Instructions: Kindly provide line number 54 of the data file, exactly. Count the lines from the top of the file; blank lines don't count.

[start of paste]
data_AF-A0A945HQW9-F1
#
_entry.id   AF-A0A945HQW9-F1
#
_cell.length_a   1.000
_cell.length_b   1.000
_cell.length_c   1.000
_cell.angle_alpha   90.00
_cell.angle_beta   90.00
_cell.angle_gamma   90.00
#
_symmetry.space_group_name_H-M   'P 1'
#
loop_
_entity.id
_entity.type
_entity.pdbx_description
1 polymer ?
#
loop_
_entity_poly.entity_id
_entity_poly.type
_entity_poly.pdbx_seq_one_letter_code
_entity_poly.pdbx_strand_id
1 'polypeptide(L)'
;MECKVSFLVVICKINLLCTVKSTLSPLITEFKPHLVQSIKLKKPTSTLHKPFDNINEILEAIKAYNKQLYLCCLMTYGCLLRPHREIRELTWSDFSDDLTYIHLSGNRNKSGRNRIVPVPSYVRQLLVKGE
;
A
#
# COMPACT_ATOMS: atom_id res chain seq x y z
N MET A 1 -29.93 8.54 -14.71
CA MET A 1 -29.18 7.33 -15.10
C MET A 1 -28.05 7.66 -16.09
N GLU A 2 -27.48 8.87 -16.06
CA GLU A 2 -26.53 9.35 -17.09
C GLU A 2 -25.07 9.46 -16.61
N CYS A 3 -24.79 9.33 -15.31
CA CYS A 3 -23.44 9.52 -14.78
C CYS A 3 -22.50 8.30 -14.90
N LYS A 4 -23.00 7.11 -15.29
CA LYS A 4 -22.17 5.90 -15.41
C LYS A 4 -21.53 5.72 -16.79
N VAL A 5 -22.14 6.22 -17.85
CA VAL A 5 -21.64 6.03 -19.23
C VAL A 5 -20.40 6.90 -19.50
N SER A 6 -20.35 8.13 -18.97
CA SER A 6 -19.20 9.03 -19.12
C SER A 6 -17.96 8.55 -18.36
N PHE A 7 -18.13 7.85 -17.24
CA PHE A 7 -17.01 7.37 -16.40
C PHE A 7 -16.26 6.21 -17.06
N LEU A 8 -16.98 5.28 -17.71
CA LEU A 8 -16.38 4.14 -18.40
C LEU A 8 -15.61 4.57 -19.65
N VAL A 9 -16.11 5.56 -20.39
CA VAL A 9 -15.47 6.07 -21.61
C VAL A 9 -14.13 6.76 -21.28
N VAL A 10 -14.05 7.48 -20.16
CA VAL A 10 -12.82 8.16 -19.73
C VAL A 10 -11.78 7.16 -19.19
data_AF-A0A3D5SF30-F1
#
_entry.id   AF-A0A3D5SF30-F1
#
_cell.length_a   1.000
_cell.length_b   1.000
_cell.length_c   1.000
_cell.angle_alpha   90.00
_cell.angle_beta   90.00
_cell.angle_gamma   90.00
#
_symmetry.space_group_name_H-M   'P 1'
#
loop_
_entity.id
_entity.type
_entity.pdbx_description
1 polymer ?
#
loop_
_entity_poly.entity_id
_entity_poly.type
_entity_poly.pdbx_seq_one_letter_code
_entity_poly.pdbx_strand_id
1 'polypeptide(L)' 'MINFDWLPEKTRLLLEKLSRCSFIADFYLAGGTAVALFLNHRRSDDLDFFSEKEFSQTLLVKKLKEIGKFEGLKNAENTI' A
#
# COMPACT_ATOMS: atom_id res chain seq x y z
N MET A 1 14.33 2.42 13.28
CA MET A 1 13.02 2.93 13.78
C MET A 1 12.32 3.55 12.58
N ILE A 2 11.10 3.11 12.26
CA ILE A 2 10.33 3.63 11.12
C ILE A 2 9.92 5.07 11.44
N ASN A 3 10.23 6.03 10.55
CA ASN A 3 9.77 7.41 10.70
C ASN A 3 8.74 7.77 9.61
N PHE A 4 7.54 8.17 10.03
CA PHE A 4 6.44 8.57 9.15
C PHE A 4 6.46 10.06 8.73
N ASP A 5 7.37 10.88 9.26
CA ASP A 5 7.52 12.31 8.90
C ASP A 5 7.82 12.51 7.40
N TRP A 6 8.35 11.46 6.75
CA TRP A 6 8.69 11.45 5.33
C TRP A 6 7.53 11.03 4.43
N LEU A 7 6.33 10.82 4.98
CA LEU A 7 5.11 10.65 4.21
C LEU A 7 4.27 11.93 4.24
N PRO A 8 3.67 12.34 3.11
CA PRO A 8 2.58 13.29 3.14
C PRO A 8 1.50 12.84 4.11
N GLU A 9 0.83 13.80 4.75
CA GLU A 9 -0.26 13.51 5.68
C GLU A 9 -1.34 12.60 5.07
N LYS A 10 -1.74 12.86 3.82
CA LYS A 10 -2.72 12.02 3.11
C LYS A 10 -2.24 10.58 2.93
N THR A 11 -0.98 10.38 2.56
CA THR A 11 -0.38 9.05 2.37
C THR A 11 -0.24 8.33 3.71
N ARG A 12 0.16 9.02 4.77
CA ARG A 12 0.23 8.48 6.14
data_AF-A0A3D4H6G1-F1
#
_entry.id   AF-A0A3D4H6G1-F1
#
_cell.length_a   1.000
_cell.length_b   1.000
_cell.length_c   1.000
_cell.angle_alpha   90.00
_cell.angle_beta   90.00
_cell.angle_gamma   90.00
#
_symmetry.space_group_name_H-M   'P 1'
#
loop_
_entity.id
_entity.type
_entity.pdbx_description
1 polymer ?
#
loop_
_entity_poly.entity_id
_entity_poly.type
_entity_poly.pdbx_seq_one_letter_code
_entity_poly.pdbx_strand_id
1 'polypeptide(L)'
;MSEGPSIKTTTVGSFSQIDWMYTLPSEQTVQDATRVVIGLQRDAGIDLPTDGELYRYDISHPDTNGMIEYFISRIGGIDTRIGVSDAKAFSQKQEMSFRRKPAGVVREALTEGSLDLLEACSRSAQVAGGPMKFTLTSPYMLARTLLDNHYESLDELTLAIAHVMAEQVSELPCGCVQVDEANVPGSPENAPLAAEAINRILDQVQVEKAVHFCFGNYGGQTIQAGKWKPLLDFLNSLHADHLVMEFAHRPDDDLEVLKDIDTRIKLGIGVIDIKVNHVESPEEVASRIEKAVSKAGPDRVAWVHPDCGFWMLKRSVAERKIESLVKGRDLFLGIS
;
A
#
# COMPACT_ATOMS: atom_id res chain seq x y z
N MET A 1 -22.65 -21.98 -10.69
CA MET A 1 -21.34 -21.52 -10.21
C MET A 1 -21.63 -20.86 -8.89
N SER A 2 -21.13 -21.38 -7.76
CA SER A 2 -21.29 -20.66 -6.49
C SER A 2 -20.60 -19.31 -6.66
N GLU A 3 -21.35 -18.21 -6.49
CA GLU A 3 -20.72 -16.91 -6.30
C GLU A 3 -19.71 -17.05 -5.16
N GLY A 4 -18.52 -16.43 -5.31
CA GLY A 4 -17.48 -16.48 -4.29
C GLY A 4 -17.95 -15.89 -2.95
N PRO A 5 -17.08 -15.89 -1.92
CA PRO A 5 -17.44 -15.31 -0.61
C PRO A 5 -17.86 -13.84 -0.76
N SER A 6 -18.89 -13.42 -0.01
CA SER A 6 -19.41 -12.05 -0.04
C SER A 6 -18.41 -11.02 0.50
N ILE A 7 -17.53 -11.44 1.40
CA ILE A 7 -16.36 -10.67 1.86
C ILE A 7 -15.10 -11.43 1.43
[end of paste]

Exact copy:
C LEU A 8 -15.61 4.57 -19.65